Tom Hamburger and Peter Wallsten have a terrific piece in today's L.A. Times mulling over what becomes of Obama's hugely powerful grassroots infrastructure once he's sworn in. Apparently there's some debate in Obamaland:
Traditionally, the new president would blend his campaign operation with his party's national committee. Some of Obama's closest advisors lean toward that pragmatic view.
But others, who built the grass-roots organization, worry that linking it too closely to the party could cause the unusual network to unravel -- and squander an extraordinary resource.
The Obama machinery relied heavily on idealistic political outsiders committed to breaking free from old ways of doing politics. The worry is that these enthusiastic activists might drift away if they are turned over to the Democratic National Committee, where the party might ask them to support Democrats and target Republicans.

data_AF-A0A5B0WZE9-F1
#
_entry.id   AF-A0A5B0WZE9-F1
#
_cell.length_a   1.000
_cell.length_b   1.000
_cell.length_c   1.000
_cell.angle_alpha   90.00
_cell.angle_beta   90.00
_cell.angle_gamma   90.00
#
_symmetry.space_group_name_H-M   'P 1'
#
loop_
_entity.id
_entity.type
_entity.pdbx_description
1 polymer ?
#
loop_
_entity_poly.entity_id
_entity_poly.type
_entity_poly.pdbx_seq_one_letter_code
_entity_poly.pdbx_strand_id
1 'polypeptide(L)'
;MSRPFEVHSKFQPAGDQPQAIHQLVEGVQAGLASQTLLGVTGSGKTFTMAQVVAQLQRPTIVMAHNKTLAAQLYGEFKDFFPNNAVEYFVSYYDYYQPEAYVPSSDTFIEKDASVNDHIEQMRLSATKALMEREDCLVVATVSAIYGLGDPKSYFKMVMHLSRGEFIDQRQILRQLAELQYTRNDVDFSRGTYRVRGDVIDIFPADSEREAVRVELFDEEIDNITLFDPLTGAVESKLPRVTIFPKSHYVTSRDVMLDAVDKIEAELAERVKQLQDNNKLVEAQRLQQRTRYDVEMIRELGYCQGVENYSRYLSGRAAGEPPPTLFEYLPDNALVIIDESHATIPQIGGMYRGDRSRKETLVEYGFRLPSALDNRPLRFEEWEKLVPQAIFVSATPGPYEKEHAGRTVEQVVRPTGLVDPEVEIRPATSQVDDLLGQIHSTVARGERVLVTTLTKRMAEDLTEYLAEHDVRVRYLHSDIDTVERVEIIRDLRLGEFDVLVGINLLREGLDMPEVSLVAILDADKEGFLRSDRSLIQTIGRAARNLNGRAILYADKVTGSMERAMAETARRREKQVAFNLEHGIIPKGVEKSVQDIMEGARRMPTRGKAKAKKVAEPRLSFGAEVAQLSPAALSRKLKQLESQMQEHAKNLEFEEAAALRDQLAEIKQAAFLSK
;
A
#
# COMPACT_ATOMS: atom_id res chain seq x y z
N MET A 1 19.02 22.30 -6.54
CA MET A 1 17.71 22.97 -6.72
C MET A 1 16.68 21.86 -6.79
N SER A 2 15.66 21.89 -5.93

Instead, Obama advisors involved in building the force think it should remain an independent entity -- organized around the "Obama brand."
The goal, they say, is to integrate Obama's political organization into his new role as president without damaging its zeal for a candidate who promised to change Washington.
For what it's worth, I tend to share the view of Steve Hildebrand, Obama's deputy campaign manager, that the infrastructure will be most effective if it's not folded into the party apparatus:
Hildebrand offered another argument for an independent network: It could be used to challenge Democratic lawmakers if they didn't hew to the Obama agenda. The organization, he said, could "pressure anybody who we would need to build a coalition of votes in the House and Senate."
If nothing else, Obama just hired a chief of staff who's perfectly positioned to bring this organization to bear on the legislative process. It would be kind of a waste if the White House didn't give him the tools to get the job done.